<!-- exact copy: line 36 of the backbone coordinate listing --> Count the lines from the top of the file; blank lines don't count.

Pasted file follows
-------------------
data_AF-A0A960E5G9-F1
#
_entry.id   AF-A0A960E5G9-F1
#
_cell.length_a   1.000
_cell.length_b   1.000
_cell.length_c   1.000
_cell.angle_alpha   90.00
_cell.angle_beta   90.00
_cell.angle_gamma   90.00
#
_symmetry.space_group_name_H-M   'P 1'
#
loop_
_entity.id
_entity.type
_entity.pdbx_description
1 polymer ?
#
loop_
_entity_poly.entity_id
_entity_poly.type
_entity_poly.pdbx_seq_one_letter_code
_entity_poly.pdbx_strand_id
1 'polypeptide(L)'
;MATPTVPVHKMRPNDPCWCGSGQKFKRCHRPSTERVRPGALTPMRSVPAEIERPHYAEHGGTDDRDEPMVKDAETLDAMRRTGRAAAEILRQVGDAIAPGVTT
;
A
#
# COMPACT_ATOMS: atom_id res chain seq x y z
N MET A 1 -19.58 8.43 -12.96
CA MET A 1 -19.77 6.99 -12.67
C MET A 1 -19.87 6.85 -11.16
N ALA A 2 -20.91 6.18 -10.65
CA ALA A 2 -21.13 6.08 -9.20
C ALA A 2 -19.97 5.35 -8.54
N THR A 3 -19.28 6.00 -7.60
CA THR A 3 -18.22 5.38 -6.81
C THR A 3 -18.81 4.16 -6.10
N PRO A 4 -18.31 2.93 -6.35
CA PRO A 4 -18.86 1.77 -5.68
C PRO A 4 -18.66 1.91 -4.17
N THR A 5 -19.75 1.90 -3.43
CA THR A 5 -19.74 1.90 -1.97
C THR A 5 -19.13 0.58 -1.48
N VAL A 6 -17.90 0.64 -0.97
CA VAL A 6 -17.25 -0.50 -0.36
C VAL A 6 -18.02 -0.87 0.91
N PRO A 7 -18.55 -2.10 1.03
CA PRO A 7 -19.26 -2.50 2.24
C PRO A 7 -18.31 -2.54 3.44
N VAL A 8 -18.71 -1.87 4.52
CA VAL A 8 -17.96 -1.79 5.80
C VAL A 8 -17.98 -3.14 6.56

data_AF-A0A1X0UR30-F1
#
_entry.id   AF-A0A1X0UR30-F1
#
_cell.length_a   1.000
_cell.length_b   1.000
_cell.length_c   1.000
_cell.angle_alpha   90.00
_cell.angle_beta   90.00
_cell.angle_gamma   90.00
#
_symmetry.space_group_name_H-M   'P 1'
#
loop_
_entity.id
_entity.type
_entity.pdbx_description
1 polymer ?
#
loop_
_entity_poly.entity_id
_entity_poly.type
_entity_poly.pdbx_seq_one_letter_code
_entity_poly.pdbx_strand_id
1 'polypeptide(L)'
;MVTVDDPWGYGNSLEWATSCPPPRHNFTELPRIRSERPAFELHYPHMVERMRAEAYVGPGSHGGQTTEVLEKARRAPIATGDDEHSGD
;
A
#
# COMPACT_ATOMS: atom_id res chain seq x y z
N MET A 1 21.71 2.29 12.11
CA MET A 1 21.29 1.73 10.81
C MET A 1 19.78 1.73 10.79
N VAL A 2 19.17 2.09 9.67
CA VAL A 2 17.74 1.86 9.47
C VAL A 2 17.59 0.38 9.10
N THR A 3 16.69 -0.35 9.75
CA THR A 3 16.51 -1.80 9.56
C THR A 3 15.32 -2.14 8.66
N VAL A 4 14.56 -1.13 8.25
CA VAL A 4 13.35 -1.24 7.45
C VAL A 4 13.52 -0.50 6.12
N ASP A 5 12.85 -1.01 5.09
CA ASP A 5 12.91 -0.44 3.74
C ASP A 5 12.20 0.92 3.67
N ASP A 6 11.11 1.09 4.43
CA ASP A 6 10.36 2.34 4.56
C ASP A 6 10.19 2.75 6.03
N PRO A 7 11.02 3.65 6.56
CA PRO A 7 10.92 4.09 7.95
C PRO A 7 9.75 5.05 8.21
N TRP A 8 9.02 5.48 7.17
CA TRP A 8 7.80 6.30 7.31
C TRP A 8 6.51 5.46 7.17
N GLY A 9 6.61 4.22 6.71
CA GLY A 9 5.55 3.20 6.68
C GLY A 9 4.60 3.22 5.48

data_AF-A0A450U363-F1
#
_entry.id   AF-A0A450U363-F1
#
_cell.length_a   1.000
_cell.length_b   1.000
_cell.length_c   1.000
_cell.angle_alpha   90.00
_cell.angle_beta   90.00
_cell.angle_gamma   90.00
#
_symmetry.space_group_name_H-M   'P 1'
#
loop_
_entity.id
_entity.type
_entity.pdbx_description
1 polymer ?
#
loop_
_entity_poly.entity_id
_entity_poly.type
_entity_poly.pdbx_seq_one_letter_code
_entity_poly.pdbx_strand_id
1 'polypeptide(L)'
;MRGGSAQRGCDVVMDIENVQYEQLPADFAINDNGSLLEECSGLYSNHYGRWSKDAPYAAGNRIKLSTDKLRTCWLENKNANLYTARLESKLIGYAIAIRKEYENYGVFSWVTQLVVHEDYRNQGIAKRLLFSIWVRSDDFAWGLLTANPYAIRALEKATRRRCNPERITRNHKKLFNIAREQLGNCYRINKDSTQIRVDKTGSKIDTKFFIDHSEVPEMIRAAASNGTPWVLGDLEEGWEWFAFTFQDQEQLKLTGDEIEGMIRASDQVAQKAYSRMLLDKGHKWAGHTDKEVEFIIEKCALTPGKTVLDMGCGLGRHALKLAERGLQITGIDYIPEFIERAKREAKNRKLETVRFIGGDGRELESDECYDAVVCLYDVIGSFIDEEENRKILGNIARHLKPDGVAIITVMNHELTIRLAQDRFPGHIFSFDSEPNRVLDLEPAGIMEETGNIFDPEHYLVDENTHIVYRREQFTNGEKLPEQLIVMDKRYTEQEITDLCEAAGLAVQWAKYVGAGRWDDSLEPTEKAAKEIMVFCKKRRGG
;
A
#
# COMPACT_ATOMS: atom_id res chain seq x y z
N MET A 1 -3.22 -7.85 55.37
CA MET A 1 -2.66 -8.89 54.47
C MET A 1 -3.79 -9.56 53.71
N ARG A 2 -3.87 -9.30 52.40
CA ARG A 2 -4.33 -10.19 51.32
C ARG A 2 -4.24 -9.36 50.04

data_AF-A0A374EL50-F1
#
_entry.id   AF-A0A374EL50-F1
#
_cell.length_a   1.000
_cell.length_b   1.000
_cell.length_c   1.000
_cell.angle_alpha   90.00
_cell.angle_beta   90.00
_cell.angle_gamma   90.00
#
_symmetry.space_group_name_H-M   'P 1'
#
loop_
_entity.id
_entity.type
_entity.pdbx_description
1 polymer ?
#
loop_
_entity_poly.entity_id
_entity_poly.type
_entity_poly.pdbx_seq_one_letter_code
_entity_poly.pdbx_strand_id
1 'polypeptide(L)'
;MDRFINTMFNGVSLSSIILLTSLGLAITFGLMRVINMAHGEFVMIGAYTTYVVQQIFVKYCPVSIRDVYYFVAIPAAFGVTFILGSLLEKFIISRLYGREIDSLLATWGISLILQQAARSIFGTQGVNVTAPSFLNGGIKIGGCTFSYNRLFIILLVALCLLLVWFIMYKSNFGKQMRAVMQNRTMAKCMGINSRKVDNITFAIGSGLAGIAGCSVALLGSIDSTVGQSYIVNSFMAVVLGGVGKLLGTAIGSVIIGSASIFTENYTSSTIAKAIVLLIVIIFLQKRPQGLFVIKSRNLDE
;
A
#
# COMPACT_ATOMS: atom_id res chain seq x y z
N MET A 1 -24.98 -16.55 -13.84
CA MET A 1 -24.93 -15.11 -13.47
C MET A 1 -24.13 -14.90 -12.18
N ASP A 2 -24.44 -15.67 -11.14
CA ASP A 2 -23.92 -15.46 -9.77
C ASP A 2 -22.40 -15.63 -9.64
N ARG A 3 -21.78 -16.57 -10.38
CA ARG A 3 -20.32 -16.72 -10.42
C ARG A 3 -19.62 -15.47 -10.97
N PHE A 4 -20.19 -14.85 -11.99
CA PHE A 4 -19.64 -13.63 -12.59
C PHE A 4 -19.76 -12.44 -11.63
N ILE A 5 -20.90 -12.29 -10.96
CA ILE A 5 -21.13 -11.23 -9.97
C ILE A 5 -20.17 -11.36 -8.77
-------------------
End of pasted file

C ALA A 2 -19.97 5.35 -8.54